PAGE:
The Copa Libertadores group stages start this week and the five Brazilian clubs taking part will look to improve on the country’s rather dismal showing in 2014. There were no Brazilian clubs in the last four, which, given Brazil’s economic supremacy over their South American brethren, represents a severe underperformance. As a paradigm, that’s the rough equivalent of all Premier League and La Liga teams striking out of the Champions League before the semi-final stage.
Even in 2013, when Atlético Mineiro clawed their way to their maiden title, they were the sole Brazilian representative in the tournament from the quarter final onwards. Were it not for Victor’s outstretched leg thwarting a stoppage time Tijuana penalty in Belo Horizonte, they would have tumbled out at the quarter final stage. In short, Brazil expects better in 2015. Yet with players such as Kaká, Diego Tardelli, Everton Ribeiro and Ricardo Goulart amongst the notable departures from Brasileirão’s Libertadores representatives, righting last year’s wrongs will not be a straightforward task.
Copa Libertadores is a condensed competition, it starts during the nascent, sleepy opening rounds of the state championships, when pre-season cobwebs are still apparent. It ends in July. Given its truncated structure, a bad spell of form can terminally damage your aspirations of progression. Without further ado, I decided to evaluate the condition of the five Brazilian heavyweights as they prepare to don gloves and slug it out with South America’s finest.
Copa Libertadores winners: 1976, 1997
Last time out: quarter finals, 2014.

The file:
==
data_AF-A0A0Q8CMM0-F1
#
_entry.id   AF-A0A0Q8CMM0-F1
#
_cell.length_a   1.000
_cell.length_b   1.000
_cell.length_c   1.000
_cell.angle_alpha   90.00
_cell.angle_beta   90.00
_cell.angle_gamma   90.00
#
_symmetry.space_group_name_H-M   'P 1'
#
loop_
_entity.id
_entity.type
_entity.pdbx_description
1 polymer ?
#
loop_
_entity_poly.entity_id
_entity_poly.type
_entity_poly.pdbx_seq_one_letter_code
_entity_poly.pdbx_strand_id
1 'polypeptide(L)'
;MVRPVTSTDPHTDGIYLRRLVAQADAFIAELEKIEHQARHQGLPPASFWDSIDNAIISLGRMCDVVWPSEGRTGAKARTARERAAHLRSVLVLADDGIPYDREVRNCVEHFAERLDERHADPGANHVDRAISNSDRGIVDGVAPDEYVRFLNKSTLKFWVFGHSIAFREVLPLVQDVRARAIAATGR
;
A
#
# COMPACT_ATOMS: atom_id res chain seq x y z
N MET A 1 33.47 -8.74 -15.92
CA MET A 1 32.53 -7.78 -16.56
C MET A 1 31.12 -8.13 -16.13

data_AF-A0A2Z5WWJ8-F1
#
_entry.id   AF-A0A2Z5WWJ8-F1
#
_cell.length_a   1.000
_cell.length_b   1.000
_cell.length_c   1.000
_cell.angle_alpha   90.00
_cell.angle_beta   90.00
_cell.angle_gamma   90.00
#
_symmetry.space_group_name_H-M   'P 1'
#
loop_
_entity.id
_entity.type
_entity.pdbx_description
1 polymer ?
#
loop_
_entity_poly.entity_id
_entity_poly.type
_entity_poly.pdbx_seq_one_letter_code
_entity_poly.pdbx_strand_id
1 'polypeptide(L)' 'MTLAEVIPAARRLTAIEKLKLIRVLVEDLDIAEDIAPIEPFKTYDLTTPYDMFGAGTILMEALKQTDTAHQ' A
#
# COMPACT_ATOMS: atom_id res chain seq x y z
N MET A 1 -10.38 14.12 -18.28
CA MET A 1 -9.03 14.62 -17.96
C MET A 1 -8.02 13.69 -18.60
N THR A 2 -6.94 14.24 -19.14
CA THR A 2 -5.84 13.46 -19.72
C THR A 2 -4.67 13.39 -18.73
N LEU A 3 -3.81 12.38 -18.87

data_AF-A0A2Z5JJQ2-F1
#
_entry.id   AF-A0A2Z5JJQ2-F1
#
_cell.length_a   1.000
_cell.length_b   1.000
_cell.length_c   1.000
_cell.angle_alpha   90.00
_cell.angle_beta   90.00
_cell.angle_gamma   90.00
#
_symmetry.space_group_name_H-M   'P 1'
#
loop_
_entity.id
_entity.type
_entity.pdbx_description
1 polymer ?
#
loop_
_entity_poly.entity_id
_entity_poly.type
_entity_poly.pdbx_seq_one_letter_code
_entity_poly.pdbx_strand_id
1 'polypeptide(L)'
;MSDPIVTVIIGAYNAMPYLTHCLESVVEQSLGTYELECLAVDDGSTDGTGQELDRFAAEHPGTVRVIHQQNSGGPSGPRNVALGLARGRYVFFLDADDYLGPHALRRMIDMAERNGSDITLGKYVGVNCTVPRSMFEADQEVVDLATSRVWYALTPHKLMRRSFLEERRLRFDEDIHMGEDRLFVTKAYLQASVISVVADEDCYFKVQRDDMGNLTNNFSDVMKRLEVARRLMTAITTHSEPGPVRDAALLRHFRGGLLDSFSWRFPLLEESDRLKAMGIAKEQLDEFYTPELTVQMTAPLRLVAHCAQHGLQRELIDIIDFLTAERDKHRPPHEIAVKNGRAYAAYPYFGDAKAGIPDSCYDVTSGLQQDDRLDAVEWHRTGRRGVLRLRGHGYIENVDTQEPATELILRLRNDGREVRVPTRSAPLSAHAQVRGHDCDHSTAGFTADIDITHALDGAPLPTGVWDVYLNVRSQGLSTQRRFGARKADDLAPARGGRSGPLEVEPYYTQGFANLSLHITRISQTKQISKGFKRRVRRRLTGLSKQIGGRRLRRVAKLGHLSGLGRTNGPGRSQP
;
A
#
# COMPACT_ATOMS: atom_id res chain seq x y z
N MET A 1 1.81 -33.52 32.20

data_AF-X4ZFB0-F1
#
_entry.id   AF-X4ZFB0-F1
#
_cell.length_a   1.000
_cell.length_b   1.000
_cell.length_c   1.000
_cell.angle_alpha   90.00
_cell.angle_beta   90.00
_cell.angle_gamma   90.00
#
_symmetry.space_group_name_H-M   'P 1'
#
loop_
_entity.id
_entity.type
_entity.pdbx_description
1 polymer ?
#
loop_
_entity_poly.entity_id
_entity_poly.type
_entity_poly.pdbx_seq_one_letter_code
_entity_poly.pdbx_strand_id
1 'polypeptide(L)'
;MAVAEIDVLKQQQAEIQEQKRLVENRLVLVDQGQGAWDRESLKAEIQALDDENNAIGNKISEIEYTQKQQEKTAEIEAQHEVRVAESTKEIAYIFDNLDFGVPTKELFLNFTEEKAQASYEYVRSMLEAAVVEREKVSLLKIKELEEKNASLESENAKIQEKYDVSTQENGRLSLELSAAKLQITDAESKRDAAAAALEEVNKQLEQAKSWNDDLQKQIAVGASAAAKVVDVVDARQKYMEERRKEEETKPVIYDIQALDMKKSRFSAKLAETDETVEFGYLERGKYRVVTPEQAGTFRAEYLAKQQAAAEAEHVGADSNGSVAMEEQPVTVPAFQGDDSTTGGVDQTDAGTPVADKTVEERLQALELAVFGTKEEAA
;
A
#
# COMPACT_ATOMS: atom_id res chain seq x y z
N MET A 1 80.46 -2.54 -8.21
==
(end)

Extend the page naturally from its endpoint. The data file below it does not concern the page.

Players in: Fabiano (Chapocoense), Joel (Londrina), Felipe Seymour (Genoa), Leandro Damião (Santos), Duvier Riascos (Monarcos Morelia), Giorgian de Arrascaeta (Defensor Sporting), Eugenio Mena (Santos), Pará (Bahia), Willians (Internacional), Paulo André (Shanghai Shenhua), Henrique (Mirassol), Douglas Grolli (Grêmio).
Players out: Borges (released), Marcelo Oliveira (Grêmio), Marlone (Fluminense), Ananias (Chapocoense), Egídio (Dnipro), Elber (Recife), Pedro Ken (Coritiba), Nilton (Internacional), Ricardo Goulart (Guangzhou Evergrande), Uelliton (Avaí), Souza (Bahia), Everton Ribeiro (Al-Alhi), Mauricio Victonino (Independiente), Anselmo Roman (Hangzhou Greentown).
Group 3: Cruzeiro (BRA), Mineiros (VEN), Universitario (BOL), Huracán (ARG).
Squad: 1.Fábio, 2.Ceará, 3.Léo, 4.Bruno Rodgrigo, 5.Felipe Seymour, 6.Eugenio Mena, 7.Tinga, 8.Henrique, 9.Leandro Damião, 10.Julio Baptista, 11.Duvier Riascos, 12.Rafael, 13.Hugo Ragelli, 14.Judivan, 15.Willian Farias, 16.de Arrascaeta, 17.Grolli, 18.Pará, 19.Gilson, 20.Breno Lopes, 21.Willians, 22.Mayke, 23.Joel, 24.Alan, 25.Willian, 26.Dedé, 27.Paulo André, 28.Fabiano, 29.Gilson, 30.Henrique Dourado.
The bi-campeão of Brasileirão, Cruzeiro have undergone significant squad upheaval. Star turn Everton Ribeiro has left for UAE, surprisingly given the level of interest in Europe for the dazzling winger. Ricardo Goulart has eloped to China, whilst the heart has been transplanted from O Raposa’s midfield, with Nilton and Lucas Silva having departed. Perhaps more significantly, they also lost Director of football Alexandre Mattos, whose canny recruitment underpinned Cruzeiro’s recent success.
Cruzeiro have not been slow to spend their windfall however, with the likes of Leandro Damião, Duvier Riascos and Henrique coming in. The question for Oliveira is how quickly he can make his new look side gel. Initial signs in the Campeonato Mineiro have suggested that time may be an unforgiving mistress. They scraped wins against Democrata and Guarani and stuttered to a home draw against lowly Tombense.
That said, they probably have the easiest group of the Brazilian sides, so they ought to still have enough to qualify and once the knockout stages are reached, familiarity may have had some time to germinate in the team. At this stage, it’s very difficult to evaluate their chances of winning it. They should certainly aim to improve on last year’s showing.
Copa Libertadores winners: 1992, 1993, 2005
Last time out: Round of 16, 2013.
Players in: Souza (Grêmio), Carlinhos (Fluminense), Bruno Vieira (Fluminense), Thiago Mendes (Goías), Daniel (Botafogo), Jonathan Cafu (Ponte Preta), Ricardo Centurión (Avellaneda), Wesley (Palmeiras), Dória (Olympique Marseilles).
Players out: Kaká (Orlando City).
Group 2: San Lorenzo (ARG), São Paulo (BRA), Danubio (URU), Corinthians (BRA)